But let’s go back. In one of the more surprising moves of the 2019 trade deadline, the fourth-place Reds (49-56) decided to flip the usual script for teams in their position. The result was a three-way trade with the Padres and Indians that brought Bauer to Cincinnati for Taylor Trammell, Yasiel Puig, and Scott Moss.
Over 19.1 innings, Bauer has struck out a shocking 32 batters against only four walks, good for a 0.93 ERA and a 1.84 FIP. Sure, it’s only three starts, but there are hints of sustainability here that just weren’t present two years ago.
Although shortened by injury, Bauer’s 2018 campaign was easily the best season of his professional career. A 2.21 ERA earned him some Cy Young votes, and he likely would have garnered even more if not for the comeback liner from Jose Abreu that sent him to the injured list. A 2.44 FIP suggested that his performance was far from just smoke and mirrors, although there was one big concern: his home run rate. Bauer allowed only nine homers in all of 2018, a 6.2% HR/FB rate. A number like that tends to be unsustainable.
Don’t believe me? Let’s look to history. Home runs are one of the three true outcomes, but they have more to do with hitters than with pitchers. From 2002 to 2019, 839 pitchers qualified for the ERA title in consecutive seasons. Of that group, the top 50 pitcher seasons in the first year in terms of HR/FB%, which includes Bauer’s 2018, averaged a 5.6% HR/FB rate. In the seasons immediately following, those 50 pitchers saw their strong HR/FB rates rise to 9.1%, with 47 of the 50 pitchers allowing a higher rate (only Doug Fister improved more than marginally, going from 6.4% to 5.1% between 2010 and 2011). The data shows that flukey low homer rate years are a malady of stars and non-stars alike, from Clayton Kershaw to Mike Pelfrey.
Regression toward the mean for HR/FB% is a generalized rule, but it also specifically applied to Bauer. When we apply ZiPS’ built-in home run estimator to Bauer’s advanced data, it suggests that he should have allowed 21 homers in 2018, 12 more than he actually did. Of the qualifying players with the largest pitcher-friendly zHR discrepancies that year, you have to go down to Max Scherzer at 17th (25.1 zHR vs. 23 actual) to find someone who allowed fewer homers in 2019. (Keep in mind this also accounts for the increase of homers league-wide.)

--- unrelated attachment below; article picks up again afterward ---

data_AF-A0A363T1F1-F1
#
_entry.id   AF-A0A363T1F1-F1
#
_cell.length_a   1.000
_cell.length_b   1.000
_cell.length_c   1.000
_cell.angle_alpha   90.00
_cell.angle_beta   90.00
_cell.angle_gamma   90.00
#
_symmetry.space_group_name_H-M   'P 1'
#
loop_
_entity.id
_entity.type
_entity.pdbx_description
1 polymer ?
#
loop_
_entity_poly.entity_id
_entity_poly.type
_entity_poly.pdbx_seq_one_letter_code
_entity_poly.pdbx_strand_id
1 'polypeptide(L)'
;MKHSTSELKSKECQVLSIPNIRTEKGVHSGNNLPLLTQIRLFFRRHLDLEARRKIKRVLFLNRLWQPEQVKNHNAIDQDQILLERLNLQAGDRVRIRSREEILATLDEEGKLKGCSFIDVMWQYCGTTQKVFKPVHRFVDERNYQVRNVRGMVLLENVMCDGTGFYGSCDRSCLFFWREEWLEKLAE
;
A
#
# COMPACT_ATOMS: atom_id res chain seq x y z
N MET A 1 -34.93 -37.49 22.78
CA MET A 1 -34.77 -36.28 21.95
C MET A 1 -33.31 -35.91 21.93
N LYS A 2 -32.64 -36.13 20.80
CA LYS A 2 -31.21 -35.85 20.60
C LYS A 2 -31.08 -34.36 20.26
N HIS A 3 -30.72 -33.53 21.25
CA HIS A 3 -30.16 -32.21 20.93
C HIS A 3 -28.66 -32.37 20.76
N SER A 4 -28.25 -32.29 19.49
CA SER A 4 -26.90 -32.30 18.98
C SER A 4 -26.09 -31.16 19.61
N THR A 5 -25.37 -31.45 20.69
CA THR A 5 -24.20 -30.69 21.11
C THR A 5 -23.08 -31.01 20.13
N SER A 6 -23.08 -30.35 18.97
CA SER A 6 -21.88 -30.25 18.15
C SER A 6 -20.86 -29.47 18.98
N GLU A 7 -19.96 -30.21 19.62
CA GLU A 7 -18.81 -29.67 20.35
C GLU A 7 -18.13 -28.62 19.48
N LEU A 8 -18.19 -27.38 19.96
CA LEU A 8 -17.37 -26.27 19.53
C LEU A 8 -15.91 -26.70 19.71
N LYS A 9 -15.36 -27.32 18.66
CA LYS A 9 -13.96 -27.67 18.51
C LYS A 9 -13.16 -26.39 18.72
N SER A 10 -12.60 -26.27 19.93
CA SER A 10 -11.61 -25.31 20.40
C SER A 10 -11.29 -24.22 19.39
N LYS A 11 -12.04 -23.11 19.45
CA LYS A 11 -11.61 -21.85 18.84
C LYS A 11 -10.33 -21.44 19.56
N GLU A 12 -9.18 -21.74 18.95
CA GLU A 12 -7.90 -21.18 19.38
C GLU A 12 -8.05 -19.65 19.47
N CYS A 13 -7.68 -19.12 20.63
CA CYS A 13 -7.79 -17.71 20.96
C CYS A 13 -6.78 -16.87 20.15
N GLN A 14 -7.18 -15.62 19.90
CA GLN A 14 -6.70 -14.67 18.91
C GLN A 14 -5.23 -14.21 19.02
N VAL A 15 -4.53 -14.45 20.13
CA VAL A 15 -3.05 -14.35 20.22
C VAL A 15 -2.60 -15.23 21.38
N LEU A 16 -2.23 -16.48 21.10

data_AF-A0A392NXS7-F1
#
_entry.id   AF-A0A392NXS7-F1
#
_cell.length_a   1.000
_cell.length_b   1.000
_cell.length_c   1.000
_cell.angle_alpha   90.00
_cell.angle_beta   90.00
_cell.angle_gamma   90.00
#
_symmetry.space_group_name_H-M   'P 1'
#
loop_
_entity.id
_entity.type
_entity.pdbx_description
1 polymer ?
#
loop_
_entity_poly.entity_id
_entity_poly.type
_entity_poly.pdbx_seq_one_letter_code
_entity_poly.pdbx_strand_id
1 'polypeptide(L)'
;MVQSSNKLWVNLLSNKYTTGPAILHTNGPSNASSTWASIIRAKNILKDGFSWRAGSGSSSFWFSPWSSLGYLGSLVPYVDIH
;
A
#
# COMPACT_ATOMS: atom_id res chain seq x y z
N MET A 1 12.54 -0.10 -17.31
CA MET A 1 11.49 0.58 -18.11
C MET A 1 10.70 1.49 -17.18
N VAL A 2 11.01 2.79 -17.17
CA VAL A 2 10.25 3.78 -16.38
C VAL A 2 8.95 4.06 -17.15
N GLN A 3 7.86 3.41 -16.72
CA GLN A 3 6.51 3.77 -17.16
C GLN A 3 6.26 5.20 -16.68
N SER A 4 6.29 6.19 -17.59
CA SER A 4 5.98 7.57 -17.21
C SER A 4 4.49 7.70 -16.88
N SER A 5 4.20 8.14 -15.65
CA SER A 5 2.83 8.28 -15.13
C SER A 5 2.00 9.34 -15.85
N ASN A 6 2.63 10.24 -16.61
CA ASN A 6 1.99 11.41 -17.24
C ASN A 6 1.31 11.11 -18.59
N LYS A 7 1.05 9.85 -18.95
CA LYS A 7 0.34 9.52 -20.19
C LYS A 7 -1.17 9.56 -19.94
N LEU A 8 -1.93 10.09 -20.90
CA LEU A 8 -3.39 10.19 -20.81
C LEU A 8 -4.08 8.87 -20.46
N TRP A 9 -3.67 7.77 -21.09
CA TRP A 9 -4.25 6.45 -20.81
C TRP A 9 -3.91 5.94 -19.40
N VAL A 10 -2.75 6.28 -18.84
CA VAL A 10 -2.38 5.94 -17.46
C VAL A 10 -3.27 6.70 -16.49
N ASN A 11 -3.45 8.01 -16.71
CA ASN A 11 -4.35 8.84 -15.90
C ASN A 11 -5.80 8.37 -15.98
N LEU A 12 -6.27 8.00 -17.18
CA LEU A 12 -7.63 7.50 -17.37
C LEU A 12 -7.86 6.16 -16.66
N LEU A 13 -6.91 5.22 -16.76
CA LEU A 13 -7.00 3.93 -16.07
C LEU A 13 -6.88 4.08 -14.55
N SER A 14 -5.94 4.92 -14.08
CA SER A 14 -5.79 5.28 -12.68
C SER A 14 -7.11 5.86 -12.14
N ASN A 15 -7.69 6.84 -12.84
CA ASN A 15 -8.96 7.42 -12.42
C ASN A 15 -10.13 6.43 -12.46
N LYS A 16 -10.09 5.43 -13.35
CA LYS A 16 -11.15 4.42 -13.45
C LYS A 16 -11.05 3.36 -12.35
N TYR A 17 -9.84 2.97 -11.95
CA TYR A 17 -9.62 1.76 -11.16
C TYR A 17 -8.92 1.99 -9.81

Twelve additional dingers would have added approximately 24 runs to Bauer’s overall line, enough to bump his 2.21 ERA to 3.44. That’s still a significant improvement, but it is a less dramatic one. His home runs allowed in 2019 increased to 34, and his various contact numbers supported this number, as he had a zHR of 34.6.
Bauer’s initial starts in 2020 have been a different story. Sure, two of them were against Detroit, but the Tigers added some good short-term talent in the offseason and haven’t been nearly as helpless as they were in 2019. This time around, it’s the increase in strikeout rate that is fueling Bauer’s success, as he’s struck out 46.4% of the batters he faced — well ahead of his 30.8% rate from 2018 and his career rate of 25.1%. His four-seamer has been monstrously effective, resulting in only two hits so far while accounting for 19 of his 32 strikeouts. Last year, my colleague Ben Clemens talked about Bauer’s late-season spin increase on the four-seamer. The increase has persisted, with Bauer’s four-seamer having average spin rates of 2,817, 2,836, and 2,741 rpm in his three starts. In his first three outings in 2019, he never cracked the 2,300-rpm mark.
As Ben noted in his piece, there have been whisperings about Bauer’s supposed use of pine tar, something Bauer himself has fueled in his war of words about the Astros increasing Gerrit Cole‘s spin rate: